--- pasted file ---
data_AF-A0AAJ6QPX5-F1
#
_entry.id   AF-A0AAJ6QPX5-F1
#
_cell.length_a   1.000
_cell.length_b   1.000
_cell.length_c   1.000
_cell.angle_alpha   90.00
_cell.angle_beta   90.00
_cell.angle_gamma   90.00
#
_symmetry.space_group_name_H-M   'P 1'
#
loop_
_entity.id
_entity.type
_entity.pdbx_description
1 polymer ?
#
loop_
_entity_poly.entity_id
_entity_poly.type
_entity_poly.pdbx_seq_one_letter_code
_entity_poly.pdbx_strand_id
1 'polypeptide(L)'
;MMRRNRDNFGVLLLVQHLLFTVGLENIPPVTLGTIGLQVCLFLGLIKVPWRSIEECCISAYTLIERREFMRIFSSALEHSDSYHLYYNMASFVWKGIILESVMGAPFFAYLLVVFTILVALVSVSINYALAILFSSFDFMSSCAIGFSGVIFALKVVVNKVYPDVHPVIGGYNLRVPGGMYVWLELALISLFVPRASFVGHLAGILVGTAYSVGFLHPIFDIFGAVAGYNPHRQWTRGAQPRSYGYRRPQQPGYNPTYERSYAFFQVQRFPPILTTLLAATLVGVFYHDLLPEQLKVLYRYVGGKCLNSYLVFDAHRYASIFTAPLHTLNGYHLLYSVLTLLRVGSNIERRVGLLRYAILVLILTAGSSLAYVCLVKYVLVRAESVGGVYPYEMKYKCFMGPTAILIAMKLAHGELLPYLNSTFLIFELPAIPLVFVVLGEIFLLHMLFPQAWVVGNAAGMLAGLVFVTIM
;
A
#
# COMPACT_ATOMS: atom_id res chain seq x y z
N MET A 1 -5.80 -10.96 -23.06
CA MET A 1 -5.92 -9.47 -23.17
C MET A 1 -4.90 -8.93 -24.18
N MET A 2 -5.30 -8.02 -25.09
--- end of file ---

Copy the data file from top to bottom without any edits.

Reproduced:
data_AF-A0AAJ6QPX5-F1
#
_entry.id   AF-A0AAJ6QPX5-F1
#
_cell.length_a   1.000
_cell.length_b   1.000
_cell.length_c   1.000
_cell.angle_alpha   90.00
_cell.angle_beta   90.00
_cell.angle_gamma   90.00
#
_symmetry.space_group_name_H-M   'P 1'
#
loop_
_entity.id
_entity.type
_entity.pdbx_description
1 polymer ?
#
loop_
_entity_poly.entity_id
_entity_poly.type
_entity_poly.pdbx_seq_one_letter_code
_entity_poly.pdbx_strand_id
1 'polypeptide(L)'
;MMRRNRDNFGVLLLVQHLLFTVGLENIPPVTLGTIGLQVCLFLGLIKVPWRSIEECCISAYTLIERREFMRIFSSALEHSDSYHLYYNMASFVWKGIILESVMGAPFFAYLLVVFTILVALVSVSINYALAILFSSFDFMSSCAIGFSGVIFALKVVVNKVYPDVHPVIGGYNLRVPGGMYVWLELALISLFVPRASFVGHLAGILVGTAYSVGFLHPIFDIFGAVAGYNPHRQWTRGAQPRSYGYRRPQQPGYNPTYERSYAFFQVQRFPPILTTLLAATLVGVFYHDLLPEQLKVLYRYVGGKCLNSYLVFDAHRYASIFTAPLHTLNGYHLLYSVLTLLRVGSNIERRVGLLRYAILVLILTAGSSLAYVCLVKYVLVRAESVGGVYPYEMKYKCFMGPTAILIAMKLAHGELLPYLNSTFLIFELPAIPLVFVVLGEIFLLHMLFPQAWVVGNAAGMLAGLVFVTIM
;
A
#
# COMPACT_ATOMS: atom_id res chain seq x y z
N MET A 1 -5.80 -10.96 -23.06
CA MET A 1 -5.92 -9.47 -23.17
C MET A 1 -4.90 -8.93 -24.18
N MET A 2 -5.30 -8.02 -25.09